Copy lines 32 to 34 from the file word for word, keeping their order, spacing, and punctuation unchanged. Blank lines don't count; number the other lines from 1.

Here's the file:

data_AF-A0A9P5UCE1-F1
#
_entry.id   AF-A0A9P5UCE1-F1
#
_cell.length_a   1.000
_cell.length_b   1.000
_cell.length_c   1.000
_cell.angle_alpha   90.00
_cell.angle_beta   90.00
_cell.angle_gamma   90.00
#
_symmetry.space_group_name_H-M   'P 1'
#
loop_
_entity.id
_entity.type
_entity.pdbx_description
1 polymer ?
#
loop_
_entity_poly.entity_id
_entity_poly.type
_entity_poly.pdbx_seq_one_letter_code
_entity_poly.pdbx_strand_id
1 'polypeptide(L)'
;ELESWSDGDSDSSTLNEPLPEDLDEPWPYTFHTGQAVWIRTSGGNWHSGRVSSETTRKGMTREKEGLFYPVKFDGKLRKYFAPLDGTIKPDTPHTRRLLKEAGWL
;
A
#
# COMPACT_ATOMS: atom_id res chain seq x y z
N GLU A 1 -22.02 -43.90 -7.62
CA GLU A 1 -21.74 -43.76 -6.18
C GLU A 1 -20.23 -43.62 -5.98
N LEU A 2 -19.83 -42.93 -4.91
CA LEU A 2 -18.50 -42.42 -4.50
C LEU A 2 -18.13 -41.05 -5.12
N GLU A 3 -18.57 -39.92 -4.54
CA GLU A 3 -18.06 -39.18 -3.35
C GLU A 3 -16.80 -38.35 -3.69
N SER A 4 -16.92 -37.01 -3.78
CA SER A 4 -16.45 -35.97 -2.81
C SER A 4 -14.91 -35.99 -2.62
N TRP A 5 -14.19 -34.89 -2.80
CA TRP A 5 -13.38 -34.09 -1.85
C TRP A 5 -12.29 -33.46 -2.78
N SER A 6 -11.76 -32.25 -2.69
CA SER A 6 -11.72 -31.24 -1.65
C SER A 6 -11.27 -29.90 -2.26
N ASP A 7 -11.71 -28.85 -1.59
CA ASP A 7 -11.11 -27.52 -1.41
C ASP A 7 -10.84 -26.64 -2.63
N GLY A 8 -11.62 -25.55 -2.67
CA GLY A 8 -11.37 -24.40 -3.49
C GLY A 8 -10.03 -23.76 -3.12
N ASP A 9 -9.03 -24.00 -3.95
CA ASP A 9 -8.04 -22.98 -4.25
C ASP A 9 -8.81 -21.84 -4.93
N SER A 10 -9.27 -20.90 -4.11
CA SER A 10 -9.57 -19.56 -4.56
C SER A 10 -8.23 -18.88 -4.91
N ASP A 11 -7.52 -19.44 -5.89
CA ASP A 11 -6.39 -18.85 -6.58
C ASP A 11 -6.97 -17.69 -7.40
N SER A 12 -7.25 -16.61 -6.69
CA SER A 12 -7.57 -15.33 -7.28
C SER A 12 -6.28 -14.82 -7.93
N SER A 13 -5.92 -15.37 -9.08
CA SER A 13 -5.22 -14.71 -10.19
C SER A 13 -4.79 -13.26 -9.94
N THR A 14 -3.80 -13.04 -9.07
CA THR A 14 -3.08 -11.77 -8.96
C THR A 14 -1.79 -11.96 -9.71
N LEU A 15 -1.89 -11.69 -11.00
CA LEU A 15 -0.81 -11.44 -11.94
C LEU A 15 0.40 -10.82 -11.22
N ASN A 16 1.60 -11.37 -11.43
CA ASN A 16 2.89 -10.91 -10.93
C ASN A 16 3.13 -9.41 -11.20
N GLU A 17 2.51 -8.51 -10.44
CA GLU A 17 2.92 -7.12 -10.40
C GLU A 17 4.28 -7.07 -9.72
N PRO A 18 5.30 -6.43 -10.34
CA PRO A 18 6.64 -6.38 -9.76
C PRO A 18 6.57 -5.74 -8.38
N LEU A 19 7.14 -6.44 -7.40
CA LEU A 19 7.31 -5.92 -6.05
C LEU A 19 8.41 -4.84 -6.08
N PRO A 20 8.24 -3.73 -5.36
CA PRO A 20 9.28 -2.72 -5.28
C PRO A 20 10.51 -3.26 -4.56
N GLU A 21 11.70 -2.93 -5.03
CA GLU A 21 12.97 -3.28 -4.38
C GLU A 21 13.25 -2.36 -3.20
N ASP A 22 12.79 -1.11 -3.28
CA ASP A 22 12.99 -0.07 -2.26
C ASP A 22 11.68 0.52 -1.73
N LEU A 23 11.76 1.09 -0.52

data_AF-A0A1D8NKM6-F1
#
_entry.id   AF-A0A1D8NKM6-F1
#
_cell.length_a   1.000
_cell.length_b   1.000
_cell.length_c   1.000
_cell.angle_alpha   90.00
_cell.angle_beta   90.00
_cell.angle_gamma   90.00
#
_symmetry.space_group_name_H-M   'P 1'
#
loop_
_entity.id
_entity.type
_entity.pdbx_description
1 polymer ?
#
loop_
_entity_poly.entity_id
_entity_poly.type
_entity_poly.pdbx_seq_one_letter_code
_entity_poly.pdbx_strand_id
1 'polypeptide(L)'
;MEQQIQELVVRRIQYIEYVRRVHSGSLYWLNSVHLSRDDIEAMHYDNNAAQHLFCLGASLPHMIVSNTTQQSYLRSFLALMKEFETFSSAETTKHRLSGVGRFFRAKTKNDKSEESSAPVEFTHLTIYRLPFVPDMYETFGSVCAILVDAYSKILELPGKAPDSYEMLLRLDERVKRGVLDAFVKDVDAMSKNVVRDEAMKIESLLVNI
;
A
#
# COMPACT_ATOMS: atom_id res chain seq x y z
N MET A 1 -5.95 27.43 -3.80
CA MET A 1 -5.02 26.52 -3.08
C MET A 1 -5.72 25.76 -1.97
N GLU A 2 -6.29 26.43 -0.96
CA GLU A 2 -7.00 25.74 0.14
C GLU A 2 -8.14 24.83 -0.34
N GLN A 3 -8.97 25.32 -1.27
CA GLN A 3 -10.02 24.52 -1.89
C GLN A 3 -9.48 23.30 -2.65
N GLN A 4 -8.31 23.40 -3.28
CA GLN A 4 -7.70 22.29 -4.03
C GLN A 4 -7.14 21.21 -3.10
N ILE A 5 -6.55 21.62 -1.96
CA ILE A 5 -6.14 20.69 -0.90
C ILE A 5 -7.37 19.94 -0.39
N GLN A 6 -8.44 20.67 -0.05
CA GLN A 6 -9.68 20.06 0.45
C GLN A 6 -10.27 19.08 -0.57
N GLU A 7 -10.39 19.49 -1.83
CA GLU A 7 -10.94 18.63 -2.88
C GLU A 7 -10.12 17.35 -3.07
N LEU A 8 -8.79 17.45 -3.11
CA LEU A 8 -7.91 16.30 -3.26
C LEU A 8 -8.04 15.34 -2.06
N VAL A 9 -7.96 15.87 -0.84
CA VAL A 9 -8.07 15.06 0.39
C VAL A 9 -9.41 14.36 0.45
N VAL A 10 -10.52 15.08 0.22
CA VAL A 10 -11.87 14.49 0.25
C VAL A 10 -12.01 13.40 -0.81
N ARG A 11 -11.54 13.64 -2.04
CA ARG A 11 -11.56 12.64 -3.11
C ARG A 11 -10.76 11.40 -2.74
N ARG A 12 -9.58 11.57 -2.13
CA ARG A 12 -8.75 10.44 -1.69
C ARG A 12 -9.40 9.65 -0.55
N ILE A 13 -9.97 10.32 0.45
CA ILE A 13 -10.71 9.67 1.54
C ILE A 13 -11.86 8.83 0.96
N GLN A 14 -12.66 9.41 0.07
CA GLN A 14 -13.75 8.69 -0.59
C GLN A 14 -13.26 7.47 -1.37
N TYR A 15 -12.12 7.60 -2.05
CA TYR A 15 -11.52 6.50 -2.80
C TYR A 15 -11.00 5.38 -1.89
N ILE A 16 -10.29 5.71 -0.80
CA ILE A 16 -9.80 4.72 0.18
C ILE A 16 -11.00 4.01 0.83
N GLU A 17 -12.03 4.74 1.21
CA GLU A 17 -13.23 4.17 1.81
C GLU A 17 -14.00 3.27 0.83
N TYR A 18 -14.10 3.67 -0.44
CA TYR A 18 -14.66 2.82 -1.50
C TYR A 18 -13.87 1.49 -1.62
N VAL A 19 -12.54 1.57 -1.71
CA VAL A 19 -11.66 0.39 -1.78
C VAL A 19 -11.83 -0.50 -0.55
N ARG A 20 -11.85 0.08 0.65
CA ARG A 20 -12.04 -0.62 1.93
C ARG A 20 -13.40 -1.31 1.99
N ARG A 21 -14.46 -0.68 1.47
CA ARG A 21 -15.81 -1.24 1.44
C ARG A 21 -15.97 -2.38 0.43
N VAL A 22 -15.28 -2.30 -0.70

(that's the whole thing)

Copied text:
CA GLU A 1 -21.74 -43.76 -6.18
C GLU A 1 -20.23 -43.62 -5.98
N LEU A 2 -19.83 -42.93 -4.91